For all of March, The Mighty is asking its readers the following: If you could write a letter to the disability or disease you (or a loved one) face, what would you say to it? If you’d like to participate, please send a blog post firstname.lastname@example.org. Please include a photo for the piece, a photo of yourself and 1-2 sentence bio.
I know. I didn’t expect for me to say that either. Thank you?
I don’t know, something about that thing where time does something and things get easier and the hate kind of dissipates and this weird level of acceptance rolls in that you never, ever in a million years thought would arrive but here it is, KUM-BA-YA!
Oh, Citrullinemia, nearly seven years have passed by since I first heard your name. Seven years since I first had to spell it out for a nurse…three times. “Wait, C-I-T-R-U-wait how many L’s”? That’s plenty of time to see the silver lining in things and plenty of time to learn a few lessons. And while I can’t speak for Corrigan, the actual person with the disorder, I can speak for myself and the things that UCD have taught me to be thankful for.
Off we go now….
Thank you, Citrullinemia, for reviving my math skills. I distinctly remember whining in math class “…but I will never use this in my Middleweight Championship boxing career!” and up until Corrigan’s birth in 2008, I was right but now I have to calculate and measure and chart and well, uh, that’s about it. Fine, I lied. I use a calculator.
Thank you, Citrullinemia, for honing my city-driving skills. Prior to your arrival, I never needed to drive in Baltimore or DC traffic, in fact- if I were not on a school bus with 52 other car-sick 4th graders on a field trip to the Baltimore Aquarium, there was likely not going to be a time I was down in that rush-hour mess but thanks to you, UCD, I am now proficient in quick lane changes, long traffic jams and screaming at people in suped-up Honda Civics. Also, spell-check wants me to use “souped-up” what in the world? My life has been a lie.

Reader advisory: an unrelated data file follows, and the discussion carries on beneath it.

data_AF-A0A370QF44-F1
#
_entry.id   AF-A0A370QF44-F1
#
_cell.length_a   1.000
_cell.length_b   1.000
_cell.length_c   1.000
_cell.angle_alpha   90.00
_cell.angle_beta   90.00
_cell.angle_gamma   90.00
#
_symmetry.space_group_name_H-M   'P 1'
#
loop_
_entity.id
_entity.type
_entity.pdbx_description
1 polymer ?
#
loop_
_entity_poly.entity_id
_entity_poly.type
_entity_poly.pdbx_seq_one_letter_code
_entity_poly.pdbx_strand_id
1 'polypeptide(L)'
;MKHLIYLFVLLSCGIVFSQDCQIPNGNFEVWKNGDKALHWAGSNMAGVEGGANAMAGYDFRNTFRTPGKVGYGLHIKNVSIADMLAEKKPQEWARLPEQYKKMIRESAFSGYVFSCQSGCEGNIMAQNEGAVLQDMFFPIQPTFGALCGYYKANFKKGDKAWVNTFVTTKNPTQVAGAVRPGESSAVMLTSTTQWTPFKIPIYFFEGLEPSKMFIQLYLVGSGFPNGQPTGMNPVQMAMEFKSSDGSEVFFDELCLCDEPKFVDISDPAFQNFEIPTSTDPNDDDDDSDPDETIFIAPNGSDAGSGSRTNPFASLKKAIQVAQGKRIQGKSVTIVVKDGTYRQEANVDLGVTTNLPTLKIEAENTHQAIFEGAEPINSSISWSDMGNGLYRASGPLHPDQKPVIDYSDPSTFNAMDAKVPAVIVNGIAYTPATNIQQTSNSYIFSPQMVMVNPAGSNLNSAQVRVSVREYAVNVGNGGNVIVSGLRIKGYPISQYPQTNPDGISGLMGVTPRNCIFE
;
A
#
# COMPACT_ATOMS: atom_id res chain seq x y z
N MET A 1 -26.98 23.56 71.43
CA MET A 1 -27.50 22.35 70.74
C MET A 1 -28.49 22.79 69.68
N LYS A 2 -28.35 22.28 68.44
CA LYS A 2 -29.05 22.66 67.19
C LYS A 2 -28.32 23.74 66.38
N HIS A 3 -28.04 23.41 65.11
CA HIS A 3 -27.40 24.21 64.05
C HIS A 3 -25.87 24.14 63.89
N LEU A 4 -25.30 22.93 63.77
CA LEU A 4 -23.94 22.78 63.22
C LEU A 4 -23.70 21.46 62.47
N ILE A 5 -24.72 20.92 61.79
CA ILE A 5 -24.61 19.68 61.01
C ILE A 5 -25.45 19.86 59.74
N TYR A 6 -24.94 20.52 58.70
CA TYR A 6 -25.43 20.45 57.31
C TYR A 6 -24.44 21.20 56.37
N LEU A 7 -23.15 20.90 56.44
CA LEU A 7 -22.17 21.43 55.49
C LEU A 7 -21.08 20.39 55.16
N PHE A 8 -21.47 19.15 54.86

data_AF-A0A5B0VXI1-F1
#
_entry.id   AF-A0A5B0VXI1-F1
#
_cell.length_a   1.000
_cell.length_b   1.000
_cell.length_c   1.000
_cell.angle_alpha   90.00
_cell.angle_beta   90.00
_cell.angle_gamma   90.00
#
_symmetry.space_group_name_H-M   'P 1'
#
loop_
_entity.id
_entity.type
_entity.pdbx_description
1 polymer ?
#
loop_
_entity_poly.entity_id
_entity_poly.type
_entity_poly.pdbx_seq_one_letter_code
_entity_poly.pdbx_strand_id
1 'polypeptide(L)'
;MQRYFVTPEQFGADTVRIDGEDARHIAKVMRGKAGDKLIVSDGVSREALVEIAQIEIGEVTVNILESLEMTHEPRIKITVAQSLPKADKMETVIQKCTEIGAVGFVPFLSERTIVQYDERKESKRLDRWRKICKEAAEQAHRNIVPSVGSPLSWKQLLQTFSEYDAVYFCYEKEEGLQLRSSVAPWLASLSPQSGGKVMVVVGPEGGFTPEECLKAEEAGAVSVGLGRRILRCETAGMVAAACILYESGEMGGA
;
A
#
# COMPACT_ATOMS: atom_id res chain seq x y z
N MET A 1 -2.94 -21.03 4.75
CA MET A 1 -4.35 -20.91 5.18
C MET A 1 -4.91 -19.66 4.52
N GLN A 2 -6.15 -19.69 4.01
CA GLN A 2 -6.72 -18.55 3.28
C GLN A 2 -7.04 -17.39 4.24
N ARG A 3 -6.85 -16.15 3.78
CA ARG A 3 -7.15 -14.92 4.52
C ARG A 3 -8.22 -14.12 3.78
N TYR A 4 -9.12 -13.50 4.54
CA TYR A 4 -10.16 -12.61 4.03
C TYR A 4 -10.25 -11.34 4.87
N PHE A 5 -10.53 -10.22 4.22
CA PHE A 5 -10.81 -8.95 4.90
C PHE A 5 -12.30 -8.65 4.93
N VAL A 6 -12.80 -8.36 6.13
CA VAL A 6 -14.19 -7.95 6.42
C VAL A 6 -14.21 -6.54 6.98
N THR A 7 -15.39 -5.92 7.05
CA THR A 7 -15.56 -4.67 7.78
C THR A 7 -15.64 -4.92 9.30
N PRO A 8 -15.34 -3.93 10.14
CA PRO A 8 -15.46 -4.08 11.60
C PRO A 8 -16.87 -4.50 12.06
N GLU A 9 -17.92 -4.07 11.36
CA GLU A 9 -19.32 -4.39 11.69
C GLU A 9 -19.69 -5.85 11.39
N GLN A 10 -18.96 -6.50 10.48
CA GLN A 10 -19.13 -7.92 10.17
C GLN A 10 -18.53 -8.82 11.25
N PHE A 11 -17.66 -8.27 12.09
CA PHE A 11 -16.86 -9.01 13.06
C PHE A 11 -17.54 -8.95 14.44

Thank you, Citrullinemia, for ridding me of my fear of bodily fluids. Before you joined our family, I had lived my life up through my early thirties with only one personal experience with a stomach flu and a couple of heaves over the porcelain pot from morning sickness. I had raised a boy for ten years who, himself, never had a puking virus. EVER. (I know!) I had lived a gloriously (mostly) vomit-free life until you walked through the doors, UCD, but now I can catch a torrent with my bare hands ( Ugh, I know, did I have to type that? Yes. YES, I DID. You know why? Because my kid cannot just throw up, he has to throw up into something so that I can CALCULATE THE VOLUME LOSS. I have to know precisely how much goes INTO and OUT OF his body. It ain’t pretty, but it’s life.) and not even flinch. I’m so casual about bodily fluids now, I would have made an excellent nurse. But alas, I loved the boxing ring too much…
Thank you, Citrullinemia, for teaching me how to sleep with strangers. Before 2008, I would have rather ate a bag of hair than share a sleeping situation with someone I didn’t know but once UCD arrived, there I was- sleeping four-feet away from a strange man, separated by only the flimsiest curtain. Convinced that I would loudly expel trapped air in my sleep, or worse yet- yell out for my Mommy during a particularly odd dream- I spent the long hours staring at the ceiling and listening to the kid in the other bed’s Dad whimper in his own sleep and laughing about it quietly. (hypocrite, I know) Throw in the who-knows-how-many-people come in and out of my child’s room at night (the rooms are all singles now, thank you thank you thank you!) that see me spread out, half on, half off, of the most uncomfortable piece of furniture, laughingly meant for sleeping, on the planet…mouth wide open, snoring and braless- well, I’ve learned to forget about vanity.